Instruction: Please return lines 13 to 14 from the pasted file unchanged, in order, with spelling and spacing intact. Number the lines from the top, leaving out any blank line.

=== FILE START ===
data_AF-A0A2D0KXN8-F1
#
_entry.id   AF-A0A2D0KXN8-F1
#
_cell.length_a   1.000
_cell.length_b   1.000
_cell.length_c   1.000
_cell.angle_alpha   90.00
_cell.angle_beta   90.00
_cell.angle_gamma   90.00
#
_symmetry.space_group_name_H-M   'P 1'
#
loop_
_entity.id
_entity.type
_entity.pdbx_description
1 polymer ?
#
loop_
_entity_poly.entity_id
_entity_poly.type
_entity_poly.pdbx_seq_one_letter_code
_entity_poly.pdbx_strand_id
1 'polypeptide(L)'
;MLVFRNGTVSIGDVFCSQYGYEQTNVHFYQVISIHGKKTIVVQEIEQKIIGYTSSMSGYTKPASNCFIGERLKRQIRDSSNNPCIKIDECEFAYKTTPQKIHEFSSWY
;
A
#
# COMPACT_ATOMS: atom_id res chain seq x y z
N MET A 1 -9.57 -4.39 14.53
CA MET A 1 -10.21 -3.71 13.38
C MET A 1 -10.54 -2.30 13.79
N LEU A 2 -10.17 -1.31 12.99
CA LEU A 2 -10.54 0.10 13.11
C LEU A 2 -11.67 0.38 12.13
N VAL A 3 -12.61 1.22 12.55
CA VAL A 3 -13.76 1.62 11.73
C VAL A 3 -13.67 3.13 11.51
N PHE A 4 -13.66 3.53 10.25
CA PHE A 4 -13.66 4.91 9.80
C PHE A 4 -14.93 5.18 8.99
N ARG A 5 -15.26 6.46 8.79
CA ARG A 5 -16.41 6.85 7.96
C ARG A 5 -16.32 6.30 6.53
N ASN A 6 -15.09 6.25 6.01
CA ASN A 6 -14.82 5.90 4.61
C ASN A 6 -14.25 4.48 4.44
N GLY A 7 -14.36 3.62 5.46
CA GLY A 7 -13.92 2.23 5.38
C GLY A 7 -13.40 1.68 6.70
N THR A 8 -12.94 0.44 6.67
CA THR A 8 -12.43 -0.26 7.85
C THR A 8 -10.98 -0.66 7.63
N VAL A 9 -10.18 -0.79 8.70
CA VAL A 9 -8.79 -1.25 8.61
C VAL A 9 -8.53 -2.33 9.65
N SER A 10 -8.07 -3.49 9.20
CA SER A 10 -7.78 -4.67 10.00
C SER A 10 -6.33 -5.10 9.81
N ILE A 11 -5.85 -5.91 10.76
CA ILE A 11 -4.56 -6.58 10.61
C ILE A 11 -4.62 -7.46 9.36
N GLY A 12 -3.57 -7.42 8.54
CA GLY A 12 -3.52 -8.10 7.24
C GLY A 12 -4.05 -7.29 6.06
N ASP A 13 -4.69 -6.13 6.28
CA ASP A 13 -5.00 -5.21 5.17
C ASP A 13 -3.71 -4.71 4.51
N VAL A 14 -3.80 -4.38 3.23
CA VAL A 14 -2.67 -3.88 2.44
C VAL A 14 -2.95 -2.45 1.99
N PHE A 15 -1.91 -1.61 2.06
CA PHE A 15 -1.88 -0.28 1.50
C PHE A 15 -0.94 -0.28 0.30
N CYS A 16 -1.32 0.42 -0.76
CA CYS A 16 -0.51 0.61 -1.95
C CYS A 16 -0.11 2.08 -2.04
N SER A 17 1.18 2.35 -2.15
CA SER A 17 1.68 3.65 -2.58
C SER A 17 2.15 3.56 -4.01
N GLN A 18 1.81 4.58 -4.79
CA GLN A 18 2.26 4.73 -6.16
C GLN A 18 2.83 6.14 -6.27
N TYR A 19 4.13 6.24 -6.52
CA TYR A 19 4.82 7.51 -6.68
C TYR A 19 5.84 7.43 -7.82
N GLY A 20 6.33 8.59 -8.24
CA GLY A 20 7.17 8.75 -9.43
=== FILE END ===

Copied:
#
loop_